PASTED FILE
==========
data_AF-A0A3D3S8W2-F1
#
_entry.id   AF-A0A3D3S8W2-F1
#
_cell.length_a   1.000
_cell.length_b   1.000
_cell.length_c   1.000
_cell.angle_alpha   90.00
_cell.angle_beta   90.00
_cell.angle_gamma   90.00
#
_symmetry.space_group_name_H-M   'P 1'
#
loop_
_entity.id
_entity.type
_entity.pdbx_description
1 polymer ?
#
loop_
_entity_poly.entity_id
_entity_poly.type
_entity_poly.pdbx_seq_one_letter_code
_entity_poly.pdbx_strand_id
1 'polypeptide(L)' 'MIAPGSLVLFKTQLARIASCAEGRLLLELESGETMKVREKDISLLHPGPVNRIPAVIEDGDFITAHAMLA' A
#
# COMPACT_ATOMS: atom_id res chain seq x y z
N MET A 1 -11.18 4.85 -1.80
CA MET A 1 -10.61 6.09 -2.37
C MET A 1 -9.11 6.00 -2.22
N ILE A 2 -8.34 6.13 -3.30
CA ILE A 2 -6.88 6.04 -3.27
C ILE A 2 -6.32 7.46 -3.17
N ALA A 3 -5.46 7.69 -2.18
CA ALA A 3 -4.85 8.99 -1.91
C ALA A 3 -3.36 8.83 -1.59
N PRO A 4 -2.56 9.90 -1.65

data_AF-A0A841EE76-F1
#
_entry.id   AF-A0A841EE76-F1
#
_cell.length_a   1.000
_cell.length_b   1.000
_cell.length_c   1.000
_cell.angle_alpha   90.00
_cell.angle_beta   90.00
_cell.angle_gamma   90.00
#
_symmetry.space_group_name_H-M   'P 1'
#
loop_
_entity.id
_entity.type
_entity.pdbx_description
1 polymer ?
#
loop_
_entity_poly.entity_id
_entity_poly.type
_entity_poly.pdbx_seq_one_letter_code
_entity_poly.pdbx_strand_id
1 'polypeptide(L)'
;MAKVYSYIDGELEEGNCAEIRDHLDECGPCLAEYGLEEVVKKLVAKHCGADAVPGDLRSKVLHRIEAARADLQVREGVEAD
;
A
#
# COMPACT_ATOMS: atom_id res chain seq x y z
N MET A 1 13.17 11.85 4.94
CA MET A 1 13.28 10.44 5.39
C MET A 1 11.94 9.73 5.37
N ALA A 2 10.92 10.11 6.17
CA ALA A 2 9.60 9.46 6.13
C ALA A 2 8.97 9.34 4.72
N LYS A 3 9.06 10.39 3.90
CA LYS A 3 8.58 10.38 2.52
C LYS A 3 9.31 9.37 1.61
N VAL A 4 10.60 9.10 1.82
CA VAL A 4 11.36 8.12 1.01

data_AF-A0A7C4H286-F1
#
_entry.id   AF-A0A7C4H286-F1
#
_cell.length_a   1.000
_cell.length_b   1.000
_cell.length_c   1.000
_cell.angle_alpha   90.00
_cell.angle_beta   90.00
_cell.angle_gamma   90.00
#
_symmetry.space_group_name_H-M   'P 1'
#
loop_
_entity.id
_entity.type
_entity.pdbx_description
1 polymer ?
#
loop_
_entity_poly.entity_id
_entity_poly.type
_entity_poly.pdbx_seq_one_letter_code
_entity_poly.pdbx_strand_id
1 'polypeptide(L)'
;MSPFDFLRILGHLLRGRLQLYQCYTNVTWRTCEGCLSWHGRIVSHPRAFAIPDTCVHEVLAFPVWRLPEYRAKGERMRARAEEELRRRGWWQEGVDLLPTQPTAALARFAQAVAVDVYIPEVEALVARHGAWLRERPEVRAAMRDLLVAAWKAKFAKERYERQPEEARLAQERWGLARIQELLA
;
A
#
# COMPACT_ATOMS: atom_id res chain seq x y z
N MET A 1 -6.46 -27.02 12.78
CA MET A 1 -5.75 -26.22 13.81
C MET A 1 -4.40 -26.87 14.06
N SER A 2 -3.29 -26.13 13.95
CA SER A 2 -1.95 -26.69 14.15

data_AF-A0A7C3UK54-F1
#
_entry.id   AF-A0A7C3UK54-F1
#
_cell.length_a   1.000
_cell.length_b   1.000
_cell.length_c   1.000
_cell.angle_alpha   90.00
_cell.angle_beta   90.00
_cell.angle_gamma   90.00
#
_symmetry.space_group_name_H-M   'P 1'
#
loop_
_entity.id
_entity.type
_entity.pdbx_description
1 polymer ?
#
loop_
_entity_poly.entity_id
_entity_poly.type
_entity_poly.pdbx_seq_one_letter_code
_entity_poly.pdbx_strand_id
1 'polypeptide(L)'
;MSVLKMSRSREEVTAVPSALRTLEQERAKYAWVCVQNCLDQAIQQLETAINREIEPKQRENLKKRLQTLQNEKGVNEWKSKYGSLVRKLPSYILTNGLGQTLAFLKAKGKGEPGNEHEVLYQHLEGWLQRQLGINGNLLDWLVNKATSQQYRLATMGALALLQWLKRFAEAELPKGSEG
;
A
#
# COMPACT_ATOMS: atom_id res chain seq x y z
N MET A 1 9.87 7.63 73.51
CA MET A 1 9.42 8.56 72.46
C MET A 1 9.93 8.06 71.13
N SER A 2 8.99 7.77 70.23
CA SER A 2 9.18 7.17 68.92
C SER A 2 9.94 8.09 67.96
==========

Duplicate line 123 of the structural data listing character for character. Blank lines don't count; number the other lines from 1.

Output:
_cell.angle_gamma   90.00